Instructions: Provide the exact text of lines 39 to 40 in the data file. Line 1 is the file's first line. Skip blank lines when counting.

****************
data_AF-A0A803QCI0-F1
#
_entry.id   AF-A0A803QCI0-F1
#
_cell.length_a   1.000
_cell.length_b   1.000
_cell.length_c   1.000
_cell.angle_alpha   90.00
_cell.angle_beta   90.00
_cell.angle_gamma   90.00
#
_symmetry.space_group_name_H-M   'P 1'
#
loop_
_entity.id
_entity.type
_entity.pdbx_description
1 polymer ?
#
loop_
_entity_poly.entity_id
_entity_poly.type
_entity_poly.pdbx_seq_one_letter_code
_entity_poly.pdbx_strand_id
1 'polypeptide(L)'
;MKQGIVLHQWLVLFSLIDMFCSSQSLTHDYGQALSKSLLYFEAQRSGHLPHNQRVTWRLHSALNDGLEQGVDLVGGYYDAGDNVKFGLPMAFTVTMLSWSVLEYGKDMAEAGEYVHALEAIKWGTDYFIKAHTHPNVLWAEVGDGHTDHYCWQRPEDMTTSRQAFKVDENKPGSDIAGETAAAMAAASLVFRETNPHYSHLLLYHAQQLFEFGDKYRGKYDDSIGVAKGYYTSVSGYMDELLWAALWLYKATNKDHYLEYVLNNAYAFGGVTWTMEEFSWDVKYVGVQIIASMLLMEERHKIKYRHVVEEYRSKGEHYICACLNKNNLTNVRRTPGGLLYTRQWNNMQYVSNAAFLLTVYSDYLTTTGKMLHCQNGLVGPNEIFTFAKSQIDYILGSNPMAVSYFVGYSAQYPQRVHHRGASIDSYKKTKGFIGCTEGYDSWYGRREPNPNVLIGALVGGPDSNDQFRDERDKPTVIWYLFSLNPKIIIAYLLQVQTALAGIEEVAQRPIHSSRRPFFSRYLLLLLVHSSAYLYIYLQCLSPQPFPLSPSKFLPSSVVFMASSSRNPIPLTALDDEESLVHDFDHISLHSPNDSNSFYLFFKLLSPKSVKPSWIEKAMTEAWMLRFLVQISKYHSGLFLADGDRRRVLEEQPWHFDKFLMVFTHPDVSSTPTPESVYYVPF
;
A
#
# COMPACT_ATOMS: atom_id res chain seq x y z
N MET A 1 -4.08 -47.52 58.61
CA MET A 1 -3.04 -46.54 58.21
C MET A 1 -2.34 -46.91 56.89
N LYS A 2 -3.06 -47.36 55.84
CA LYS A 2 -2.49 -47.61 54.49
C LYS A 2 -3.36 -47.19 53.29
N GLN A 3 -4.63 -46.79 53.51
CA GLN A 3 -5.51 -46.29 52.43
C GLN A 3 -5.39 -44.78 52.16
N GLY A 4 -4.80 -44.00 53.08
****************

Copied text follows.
C GLN A 3 -5.39 -44.78 52.16
N GLY A 4 -4.80 -44.00 53.08